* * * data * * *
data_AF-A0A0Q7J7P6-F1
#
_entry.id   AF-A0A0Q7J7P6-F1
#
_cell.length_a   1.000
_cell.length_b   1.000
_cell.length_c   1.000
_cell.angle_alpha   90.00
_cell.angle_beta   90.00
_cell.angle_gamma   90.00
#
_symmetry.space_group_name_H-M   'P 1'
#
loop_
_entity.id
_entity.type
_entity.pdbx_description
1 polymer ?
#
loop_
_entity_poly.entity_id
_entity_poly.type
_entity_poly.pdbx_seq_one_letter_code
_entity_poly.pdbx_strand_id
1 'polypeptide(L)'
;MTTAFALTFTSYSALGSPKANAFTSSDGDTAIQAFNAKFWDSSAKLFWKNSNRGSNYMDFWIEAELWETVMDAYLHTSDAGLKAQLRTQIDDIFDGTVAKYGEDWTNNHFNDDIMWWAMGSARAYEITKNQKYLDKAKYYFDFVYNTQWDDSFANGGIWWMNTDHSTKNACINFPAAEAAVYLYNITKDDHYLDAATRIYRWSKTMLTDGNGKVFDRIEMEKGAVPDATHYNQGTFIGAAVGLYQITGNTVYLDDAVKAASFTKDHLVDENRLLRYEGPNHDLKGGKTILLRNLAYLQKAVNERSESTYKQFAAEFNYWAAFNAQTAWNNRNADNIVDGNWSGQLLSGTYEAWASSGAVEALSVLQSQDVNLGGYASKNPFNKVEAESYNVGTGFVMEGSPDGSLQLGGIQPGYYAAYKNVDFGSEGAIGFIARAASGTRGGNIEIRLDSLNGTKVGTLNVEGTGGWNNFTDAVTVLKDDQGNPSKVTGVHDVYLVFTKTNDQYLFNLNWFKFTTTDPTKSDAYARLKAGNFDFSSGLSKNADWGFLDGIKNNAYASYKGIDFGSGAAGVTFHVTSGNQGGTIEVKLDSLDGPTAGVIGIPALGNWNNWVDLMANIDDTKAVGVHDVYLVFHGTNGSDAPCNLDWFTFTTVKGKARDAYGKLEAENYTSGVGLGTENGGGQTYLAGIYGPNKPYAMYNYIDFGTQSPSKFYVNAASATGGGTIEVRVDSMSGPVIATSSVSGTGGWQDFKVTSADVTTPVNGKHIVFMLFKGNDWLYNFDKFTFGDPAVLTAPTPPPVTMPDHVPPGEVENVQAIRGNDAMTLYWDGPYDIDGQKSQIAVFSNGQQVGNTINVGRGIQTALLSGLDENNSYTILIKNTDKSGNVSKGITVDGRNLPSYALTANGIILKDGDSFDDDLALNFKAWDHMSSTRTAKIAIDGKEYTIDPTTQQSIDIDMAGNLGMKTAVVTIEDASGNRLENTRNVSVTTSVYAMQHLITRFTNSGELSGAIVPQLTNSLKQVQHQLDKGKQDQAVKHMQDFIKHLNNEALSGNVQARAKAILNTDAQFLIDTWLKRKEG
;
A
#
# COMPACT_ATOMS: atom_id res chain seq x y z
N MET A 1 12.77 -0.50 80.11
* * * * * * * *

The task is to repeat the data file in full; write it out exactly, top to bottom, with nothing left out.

data_AF-A0A0Q7J7P6-F1
#
_entry.id   AF-A0A0Q7J7P6-F1
#
_cell.length_a   1.000
_cell.length_b   1.000
_cell.length_c   1.000
_cell.angle_alpha   90.00
_cell.angle_beta   90.00
_cell.angle_gamma   90.00
#
_symmetry.space_group_name_H-M   'P 1'
#
loop_
_entity.id
_entity.type
_entity.pdbx_description
1 polymer ?
#
loop_
_entity_poly.entity_id
_entity_poly.type
_entity_poly.pdbx_seq_one_letter_code
_entity_poly.pdbx_strand_id
1 'polypeptide(L)'
;MTTAFALTFTSYSALGSPKANAFTSSDGDTAIQAFNAKFWDSSAKLFWKNSNRGSNYMDFWIEAELWETVMDAYLHTSDAGLKAQLRTQIDDIFDGTVAKYGEDWTNNHFNDDIMWWAMGSARAYEITKNQKYLDKAKYYFDFVYNTQWDDSFANGGIWWMNTDHSTKNACINFPAAEAAVYLYNITKDDHYLDAATRIYRWSKTMLTDGNGKVFDRIEMEKGAVPDATHYNQGTFIGAAVGLYQITGNTVYLDDAVKAASFTKDHLVDENRLLRYEGPNHDLKGGKTILLRNLAYLQKAVNERSESTYKQFAAEFNYWAAFNAQTAWNNRNADNIVDGNWSGQLLSGTYEAWASSGAVEALSVLQSQDVNLGGYASKNPFNKVEAESYNVGTGFVMEGSPDGSLQLGGIQPGYYAAYKNVDFGSEGAIGFIARAASGTRGGNIEIRLDSLNGTKVGTLNVEGTGGWNNFTDAVTVLKDDQGNPSKVTGVHDVYLVFTKTNDQYLFNLNWFKFTTTDPTKSDAYARLKAGNFDFSSGLSKNADWGFLDGIKNNAYASYKGIDFGSGAAGVTFHVTSGNQGGTIEVKLDSLDGPTAGVIGIPALGNWNNWVDLMANIDDTKAVGVHDVYLVFHGTNGSDAPCNLDWFTFTTVKGKARDAYGKLEAENYTSGVGLGTENGGGQTYLAGIYGPNKPYAMYNYIDFGTQSPSKFYVNAASATGGGTIEVRVDSMSGPVIATSSVSGTGGWQDFKVTSADVTTPVNGKHIVFMLFKGNDWLYNFDKFTFGDPAVLTAPTPPPVTMPDHVPPGEVENVQAIRGNDAMTLYWDGPYDIDGQKSQIAVFSNGQQVGNTINVGRGIQTALLSGLDENNSYTILIKNTDKSGNVSKGITVDGRNLPSYALTANGIILKDGDSFDDDLALNFKAWDHMSSTRTAKIAIDGKEYTIDPTTQQSIDIDMAGNLGMKTAVVTIEDASGNRLENTRNVSVTTSVYAMQHLITRFTNSGELSGAIVPQLTNSLKQVQHQLDKGKQDQAVKHMQDFIKHLNNEALSGNVQARAKAILNTDAQFLIDTWLKRKEG
;
A
#
# COMPACT_ATOMS: atom_id res chain seq x y z
N MET A 1 12.77 -0.50 80.11